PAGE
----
A new birth control pill can suppress periods indefinitely:
Called Lybrel, the pill is expected to win Food and Drug Administration approval Tuesday, becoming the latest approved oral contraceptive to depart from the traditional 21-days-on, seven-days-off regimen that has been standard since first birth control pills were sold in the 1960s. But the Wyeth pill is the first designed to be taken continuously.
Lybrel contains the lowest dose of two hormones widely used in birth-control pills, ethinyl estradiol and levonorgestrel.
Taking the pill daily would let women suppress their monthly bleeding indefinitely. However, unanticipated breakthrough bleeding may occur in some women.
A female science-fiction writer once wrote a short story about a world in which women no longer need to menstruate. The point of the story was that something of that sort would be a much greater feminist victory than the kind of crap us feminists usually bother our little heads with. Or so I recall it now in my great and bitter state of exhaustion.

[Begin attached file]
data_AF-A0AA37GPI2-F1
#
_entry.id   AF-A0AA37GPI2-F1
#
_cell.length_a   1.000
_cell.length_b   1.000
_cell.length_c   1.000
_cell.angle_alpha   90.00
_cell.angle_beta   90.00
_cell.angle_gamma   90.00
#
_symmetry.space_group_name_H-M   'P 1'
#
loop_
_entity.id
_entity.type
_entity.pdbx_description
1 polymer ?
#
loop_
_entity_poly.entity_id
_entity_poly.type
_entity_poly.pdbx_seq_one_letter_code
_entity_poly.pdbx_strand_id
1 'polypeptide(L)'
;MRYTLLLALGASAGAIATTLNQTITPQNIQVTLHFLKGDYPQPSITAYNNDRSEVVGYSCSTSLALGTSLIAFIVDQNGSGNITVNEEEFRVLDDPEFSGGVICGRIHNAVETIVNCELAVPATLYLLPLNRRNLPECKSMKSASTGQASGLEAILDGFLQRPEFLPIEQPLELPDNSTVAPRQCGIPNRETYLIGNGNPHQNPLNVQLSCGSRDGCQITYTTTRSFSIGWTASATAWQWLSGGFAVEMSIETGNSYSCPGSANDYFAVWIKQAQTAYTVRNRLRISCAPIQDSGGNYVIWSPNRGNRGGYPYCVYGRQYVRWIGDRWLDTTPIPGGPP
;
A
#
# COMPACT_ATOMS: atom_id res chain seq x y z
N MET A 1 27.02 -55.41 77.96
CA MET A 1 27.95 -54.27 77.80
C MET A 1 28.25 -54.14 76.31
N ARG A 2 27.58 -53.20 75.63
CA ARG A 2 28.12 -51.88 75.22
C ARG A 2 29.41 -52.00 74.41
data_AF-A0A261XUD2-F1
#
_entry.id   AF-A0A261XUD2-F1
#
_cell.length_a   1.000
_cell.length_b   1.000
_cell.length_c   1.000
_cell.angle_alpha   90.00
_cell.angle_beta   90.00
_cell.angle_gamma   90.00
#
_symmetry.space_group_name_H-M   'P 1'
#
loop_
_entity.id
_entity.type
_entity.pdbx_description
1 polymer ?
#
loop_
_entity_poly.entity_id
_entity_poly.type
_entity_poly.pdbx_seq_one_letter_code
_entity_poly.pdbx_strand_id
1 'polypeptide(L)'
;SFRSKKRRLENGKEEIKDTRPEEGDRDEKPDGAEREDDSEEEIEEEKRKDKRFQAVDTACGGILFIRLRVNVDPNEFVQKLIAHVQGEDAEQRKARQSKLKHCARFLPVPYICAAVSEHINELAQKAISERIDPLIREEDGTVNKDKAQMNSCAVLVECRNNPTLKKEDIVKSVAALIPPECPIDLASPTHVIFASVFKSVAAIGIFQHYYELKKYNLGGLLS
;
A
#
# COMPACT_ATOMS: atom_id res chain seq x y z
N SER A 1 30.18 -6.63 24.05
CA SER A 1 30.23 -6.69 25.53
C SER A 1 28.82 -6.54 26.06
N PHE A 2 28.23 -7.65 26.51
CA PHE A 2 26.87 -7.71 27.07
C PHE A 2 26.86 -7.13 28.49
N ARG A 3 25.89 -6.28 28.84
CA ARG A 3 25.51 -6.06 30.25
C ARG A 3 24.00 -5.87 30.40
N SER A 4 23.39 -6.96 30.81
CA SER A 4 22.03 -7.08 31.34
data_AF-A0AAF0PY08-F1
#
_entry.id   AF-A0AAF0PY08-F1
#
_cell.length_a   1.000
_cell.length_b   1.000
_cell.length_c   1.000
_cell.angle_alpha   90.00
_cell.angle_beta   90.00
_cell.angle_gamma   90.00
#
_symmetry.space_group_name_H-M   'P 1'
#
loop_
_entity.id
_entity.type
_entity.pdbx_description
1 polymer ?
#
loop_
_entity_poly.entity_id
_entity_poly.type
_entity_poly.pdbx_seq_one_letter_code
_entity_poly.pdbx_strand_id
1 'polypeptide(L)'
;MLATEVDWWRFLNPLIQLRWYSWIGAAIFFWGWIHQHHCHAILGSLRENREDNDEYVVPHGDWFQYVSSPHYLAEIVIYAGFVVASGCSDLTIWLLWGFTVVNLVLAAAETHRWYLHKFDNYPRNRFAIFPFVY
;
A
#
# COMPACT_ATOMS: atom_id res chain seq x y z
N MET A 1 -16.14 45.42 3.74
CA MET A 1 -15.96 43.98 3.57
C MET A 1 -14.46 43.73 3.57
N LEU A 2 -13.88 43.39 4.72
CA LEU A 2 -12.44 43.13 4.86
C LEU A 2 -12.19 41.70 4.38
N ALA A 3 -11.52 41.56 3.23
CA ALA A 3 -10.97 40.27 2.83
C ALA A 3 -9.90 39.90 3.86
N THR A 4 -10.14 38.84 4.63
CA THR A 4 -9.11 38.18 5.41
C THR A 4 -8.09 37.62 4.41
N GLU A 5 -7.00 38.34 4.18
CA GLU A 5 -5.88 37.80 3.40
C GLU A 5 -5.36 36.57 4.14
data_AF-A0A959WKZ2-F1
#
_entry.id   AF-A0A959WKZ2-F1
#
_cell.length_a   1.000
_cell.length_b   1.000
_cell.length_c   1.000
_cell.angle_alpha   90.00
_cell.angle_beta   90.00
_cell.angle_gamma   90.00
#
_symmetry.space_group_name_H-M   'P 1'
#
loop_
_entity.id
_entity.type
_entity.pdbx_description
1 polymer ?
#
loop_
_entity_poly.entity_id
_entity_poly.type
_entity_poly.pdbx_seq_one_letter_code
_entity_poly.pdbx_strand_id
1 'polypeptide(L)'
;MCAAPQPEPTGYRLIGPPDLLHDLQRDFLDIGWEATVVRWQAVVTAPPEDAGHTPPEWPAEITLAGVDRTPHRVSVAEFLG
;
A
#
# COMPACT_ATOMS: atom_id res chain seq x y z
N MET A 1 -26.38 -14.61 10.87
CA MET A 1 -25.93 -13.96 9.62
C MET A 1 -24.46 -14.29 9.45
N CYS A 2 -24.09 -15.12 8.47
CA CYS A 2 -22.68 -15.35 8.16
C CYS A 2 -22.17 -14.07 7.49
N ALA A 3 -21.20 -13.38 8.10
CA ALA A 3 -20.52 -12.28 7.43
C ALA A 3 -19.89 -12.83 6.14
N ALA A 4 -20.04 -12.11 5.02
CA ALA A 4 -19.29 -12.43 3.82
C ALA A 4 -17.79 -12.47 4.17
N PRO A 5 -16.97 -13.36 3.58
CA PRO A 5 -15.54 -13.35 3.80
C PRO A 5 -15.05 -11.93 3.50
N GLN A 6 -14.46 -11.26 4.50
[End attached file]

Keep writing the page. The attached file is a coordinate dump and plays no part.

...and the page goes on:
The idea of not menstruating is quite appealing to me. Just imagine the money saved and the convenience. But then there are the questions about possible adverse health consequences. I'd like to know more about those before deciding if this is purely good news.
Menstrual blood has long been associated with the impurity of women and may even have something to do with misogyny (though at least one feminist has inverted this idea by pointing out that menstruation could be viewed as cleansing in itself). If women no longer menstruated (except right before intended pregnancies), would women then be viewed as less filthy? I wonder.